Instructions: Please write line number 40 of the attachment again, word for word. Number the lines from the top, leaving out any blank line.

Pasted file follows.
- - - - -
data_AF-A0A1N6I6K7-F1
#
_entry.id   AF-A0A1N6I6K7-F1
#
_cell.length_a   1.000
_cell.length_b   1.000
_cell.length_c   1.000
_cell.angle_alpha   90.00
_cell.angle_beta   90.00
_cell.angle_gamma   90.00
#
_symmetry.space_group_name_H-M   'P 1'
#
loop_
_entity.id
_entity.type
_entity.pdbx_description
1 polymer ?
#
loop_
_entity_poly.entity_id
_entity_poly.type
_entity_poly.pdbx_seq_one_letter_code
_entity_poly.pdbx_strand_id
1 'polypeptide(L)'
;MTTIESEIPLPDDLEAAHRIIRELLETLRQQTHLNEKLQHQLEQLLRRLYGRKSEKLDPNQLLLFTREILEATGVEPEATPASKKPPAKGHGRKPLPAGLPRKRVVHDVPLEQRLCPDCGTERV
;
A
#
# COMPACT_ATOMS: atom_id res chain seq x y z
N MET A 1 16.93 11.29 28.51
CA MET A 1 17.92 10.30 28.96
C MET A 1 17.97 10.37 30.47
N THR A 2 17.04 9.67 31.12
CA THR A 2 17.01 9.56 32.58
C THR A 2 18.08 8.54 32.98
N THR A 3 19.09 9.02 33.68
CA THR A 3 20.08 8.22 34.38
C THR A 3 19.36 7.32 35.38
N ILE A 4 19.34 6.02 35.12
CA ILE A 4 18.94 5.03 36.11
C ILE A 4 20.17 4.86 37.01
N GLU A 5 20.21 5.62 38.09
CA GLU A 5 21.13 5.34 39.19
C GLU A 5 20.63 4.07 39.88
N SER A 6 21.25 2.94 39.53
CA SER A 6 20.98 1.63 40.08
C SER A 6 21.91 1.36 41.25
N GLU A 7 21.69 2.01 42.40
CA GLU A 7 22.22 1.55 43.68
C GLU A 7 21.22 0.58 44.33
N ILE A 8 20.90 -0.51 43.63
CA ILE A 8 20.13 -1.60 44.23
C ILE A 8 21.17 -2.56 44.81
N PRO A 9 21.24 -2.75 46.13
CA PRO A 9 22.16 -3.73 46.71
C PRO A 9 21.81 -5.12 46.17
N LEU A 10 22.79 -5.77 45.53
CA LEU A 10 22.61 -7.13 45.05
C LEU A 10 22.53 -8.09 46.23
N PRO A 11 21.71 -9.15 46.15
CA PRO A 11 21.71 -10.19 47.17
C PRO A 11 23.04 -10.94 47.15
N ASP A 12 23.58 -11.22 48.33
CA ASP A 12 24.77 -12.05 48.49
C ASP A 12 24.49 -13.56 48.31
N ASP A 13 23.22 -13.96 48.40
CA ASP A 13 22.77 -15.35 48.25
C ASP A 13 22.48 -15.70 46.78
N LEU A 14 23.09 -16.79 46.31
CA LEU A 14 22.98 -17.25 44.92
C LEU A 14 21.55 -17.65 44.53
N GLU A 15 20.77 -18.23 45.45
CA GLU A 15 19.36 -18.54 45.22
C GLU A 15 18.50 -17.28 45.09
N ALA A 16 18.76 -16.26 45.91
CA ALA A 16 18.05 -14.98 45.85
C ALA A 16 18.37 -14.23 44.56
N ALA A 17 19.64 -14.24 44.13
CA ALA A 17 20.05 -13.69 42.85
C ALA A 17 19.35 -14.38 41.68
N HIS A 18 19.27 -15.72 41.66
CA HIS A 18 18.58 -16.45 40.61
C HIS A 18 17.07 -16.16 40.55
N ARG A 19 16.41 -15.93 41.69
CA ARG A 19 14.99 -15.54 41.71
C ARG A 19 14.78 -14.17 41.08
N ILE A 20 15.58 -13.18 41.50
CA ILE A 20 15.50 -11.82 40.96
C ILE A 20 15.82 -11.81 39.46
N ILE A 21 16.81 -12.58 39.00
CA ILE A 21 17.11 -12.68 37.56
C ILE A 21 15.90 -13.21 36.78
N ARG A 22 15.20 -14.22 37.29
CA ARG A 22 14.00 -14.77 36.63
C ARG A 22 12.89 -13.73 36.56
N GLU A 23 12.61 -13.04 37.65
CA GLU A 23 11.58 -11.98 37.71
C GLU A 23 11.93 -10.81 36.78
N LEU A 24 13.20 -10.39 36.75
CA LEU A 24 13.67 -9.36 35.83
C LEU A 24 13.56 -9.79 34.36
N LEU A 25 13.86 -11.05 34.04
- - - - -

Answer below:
N ILE A 4 19.34 6.02 35.12